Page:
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By X. Merdarion. Saint Petersburg College.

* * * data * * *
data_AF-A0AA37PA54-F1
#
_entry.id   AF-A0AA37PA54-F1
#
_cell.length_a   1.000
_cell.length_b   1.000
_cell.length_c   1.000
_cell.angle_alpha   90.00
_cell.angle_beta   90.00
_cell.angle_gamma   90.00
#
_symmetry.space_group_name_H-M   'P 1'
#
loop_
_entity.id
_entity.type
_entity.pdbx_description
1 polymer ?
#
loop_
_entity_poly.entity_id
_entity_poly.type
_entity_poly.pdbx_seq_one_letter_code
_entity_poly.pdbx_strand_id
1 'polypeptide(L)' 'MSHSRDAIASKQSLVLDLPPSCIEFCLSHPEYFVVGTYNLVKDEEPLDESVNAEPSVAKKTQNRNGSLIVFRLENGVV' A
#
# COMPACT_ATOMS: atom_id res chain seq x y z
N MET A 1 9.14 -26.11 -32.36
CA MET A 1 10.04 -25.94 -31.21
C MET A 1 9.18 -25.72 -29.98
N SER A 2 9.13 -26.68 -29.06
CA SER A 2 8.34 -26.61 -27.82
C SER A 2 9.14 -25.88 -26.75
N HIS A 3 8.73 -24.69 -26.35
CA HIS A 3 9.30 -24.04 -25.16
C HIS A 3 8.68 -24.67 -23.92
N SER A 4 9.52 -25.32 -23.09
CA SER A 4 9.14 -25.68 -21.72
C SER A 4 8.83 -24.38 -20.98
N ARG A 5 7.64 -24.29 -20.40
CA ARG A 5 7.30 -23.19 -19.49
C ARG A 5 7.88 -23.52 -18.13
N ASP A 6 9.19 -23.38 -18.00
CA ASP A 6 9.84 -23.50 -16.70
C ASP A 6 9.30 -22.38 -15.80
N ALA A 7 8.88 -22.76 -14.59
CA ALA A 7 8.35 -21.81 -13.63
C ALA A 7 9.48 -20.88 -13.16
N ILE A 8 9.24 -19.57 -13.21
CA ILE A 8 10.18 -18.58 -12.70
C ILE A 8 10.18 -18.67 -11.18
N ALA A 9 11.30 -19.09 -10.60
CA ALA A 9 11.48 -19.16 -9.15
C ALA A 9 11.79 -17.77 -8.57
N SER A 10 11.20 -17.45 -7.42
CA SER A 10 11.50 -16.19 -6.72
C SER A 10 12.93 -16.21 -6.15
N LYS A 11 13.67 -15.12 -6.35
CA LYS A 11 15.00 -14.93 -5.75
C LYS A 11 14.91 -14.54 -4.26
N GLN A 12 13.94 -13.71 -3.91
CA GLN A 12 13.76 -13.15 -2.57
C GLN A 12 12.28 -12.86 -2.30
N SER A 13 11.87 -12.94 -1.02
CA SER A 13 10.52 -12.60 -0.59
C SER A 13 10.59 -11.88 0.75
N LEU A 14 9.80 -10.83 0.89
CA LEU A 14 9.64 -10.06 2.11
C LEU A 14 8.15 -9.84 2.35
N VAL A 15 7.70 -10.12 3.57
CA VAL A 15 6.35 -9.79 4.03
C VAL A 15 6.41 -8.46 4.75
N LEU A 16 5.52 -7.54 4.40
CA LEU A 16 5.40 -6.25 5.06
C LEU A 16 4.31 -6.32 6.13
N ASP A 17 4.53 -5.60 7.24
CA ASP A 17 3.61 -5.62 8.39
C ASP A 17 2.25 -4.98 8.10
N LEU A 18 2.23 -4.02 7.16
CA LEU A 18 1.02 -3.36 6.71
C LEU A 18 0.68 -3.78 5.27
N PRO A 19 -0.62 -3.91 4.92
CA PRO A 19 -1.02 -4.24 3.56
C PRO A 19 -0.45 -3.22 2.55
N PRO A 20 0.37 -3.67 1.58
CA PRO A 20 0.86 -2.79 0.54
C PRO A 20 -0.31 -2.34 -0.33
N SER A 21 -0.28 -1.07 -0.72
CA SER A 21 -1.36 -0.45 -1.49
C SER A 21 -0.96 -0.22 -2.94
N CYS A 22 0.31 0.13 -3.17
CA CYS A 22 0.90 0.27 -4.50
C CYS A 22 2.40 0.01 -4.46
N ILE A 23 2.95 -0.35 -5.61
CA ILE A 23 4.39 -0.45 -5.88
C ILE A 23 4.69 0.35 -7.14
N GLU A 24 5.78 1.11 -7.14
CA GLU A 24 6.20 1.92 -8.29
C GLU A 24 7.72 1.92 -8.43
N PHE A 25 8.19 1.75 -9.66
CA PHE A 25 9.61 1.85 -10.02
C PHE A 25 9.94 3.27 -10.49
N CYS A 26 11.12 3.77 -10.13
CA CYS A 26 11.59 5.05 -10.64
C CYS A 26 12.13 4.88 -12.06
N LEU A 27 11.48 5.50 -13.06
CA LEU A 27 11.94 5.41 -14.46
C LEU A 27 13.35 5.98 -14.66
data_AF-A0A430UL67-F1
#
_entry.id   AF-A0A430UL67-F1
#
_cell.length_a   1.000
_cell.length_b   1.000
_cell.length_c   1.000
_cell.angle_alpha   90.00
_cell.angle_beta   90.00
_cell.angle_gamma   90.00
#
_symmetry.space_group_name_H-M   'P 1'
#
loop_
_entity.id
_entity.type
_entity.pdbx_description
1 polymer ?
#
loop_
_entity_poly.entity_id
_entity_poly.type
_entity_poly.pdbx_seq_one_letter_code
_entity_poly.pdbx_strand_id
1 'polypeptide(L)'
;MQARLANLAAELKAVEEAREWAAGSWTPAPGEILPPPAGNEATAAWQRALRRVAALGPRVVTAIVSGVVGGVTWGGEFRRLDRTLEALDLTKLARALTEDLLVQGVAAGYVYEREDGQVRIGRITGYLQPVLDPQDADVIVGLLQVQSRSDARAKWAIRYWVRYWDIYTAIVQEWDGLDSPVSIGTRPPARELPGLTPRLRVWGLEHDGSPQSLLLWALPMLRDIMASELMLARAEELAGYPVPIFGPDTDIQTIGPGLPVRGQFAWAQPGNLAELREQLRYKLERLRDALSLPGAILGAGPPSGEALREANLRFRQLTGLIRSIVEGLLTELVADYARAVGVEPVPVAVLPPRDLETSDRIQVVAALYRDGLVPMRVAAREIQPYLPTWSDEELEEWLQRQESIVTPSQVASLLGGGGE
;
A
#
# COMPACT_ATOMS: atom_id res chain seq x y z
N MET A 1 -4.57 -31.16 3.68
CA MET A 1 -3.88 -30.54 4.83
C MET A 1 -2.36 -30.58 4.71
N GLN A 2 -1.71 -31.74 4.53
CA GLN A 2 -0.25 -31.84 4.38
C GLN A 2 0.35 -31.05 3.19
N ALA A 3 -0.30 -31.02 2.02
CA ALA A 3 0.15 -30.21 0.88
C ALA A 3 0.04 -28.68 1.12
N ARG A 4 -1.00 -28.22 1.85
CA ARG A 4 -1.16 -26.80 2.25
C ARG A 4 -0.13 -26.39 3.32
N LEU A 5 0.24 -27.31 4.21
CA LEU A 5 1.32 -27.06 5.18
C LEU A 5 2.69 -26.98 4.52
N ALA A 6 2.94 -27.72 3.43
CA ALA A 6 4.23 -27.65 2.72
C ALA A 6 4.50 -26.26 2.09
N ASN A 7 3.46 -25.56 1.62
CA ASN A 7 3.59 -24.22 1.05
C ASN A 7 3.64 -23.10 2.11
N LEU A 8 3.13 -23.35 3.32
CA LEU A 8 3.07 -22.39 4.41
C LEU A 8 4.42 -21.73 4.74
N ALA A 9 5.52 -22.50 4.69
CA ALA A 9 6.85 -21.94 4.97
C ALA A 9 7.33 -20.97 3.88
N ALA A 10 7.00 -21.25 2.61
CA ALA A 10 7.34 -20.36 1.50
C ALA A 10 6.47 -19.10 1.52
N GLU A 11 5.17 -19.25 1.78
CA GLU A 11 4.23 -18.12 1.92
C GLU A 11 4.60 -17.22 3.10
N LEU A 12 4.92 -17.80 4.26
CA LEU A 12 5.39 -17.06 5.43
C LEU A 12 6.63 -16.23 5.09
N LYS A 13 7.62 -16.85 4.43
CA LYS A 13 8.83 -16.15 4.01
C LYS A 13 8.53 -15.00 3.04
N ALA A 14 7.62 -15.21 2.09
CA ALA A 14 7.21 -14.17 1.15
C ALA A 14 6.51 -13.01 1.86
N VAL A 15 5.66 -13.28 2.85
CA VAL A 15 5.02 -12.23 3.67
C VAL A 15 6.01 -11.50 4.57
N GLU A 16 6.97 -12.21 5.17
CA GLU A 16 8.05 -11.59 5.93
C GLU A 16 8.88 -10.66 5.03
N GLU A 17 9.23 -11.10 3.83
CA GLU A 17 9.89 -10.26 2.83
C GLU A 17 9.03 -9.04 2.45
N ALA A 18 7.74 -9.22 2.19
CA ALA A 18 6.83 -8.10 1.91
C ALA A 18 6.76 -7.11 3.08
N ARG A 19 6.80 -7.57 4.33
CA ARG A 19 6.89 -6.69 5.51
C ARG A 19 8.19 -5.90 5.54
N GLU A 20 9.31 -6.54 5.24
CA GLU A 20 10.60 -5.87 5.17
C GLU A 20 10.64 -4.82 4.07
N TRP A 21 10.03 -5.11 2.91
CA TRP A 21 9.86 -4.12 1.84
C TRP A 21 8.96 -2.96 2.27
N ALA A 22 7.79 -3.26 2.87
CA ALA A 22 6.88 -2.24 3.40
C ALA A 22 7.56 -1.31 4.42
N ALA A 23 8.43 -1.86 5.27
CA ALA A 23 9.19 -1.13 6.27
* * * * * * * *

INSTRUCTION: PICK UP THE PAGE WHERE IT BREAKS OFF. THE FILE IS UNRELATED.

At autopsy cheap 160mg malegra dxt plus with amex, patients with Parkinson’s disease superior cerebellar peduncles generic malegra dxt plus 160 mg amex. Input to the cerebellum show a severe loss of dopamine-containing neurons in the comes from peripheral sensory receptors buy generic malegra dxt plus 160mg on-line, the brainstem buy 160mg malegra dxt plus with visa, SNc region. The inferior, middle and, to a lesser controllable, quick, brief movements of individual limbs. The These movements are similar to what a normal individual output projections are mainly, if not totally, to other motor might show when flicking a fly off a hand or when quickly control areas of the central nervous system and are mostly reaching up to scratch an itchy nose. One theory is that the primary action is to schemes, the interposed nucleus is further divided into the inhibit undesirable movements, thereby, allowing desired emboliform and globose nuclei. Neuronal activity is increased in the appropriate areas of the basal ganglia prior to the actual ex- ecution of movement. The basal ganglia act as a brake on The Structural Divisions of the undesirable motion by the inhibitory output of the GPi Cerebellum Correlate With Function back to the cortex through the thalamus. The loss of The cerebellar surface is arranged in multiple, parallel, lon- dopamine-releasing neurons in Parkinson’s disease is gitudinal folds termed folia. Several deep fissures divide the thought to produce this type of result by reducing in- cerebellum into three main morphological components— hibitory influence on the striatum and, thereby, increasing the anterior, posterior, and flocculonodular lobes, which the excitatory action of the subthalamic nucleus on the GPi also correspond with the functional subdivisions of the through the indirect basal ganglia pathway (see Clinical cerebellum (Fig. Hyperkinetic disorders like Huntington’s vestibulocerebellum, the spinocerebellum, and the cerebro- disease are thought to result from decreased GPi output cerebellum. Loss of dopamine-producing neurons in the sub- small probe can be precisely placed into a target within stantia nigra pars compacta is the cause of the condition. Magnetic resonance imaging (MRI) of the brain Treatment with medications that stimulate an increased defines the three-dimensional location of the GPi. The production of dopamine by the surviving substantia nigra surgical probe is introduced into the brain through a neurons has revolutionized the management of Parkin- small hole made in the skull and is guided to the target son’s disease. Unfortunately, the benefit of the medica- by the surgeon using the MRI coordinates. In- positioning of the probe into the GPi can be further con- creasing difficulty in initiating movement and worsening firmed by recording the electrical activity of the GPi neu- slowness of movement are features of a declining respon- rons with an electrode located at the tip of the probe. Improved knowledge of basal gan- neurons have a continuous, high frequency firing pattern glia circuitry has enabled neurosurgeons to develop surgi- that, when amplified and presented on a loudspeaker, cal procedures to ameliorate some of the effects of the sounds like heavy rain striking a metal roof. The inhibitory outflow of the GPi is reduced and Inhibitory output of the putamen to the GPe greatly in- movement improves. This results in decreased The use of implantable stimulators to modify activity of inhibitory GPe output to the subthalamic nucleus, which, the basal ganglia nuclei is also being investigated to im- in turn, acts unrestrained to stimulate the GPi. Stimulation prove function in patients with Parkinson’s disease and of the GPi enhances its inhibitory influence on the thala- other types of movement disorders. CHAPTER 5 The Motor System 105 Intermediate fastigial and interposed nuclei contain a complete repre- Vermis zone sentation of the muscles of the body. The fastigial output Lateral system controls antigravity muscles in posture and locomo- zone tion, while the interposed nuclei, perhaps, act on stretch re- Primary flexes and other somatosensory reflexes. Input comes exclusively from the cerebral cortex, relayed through the middle cerebellar pe- duncles of the pons. The cortical areas that are prominent in motor control are the sources for most of this input. Output Posterior lobe is directed to the dentate nuclei and from there via the ven- trolateral thalamus back to the motor and premotor cortices. The Intrinsic Circuitry of the Cerebellum Is Very Regular The cerebellar cortex is composed of five types of neurons Posterolateral arranged into three layers (Fig. The molecular layer fissure Flocculonodular lobe is the outermost and consists mostly of axons and dendrites plus two types of interneurons, stellate cells and basket cells. The next layer contains the dramatic Purkinje cells, whose dendrites reach upward into the molecular layer in a IP F D fan-like array.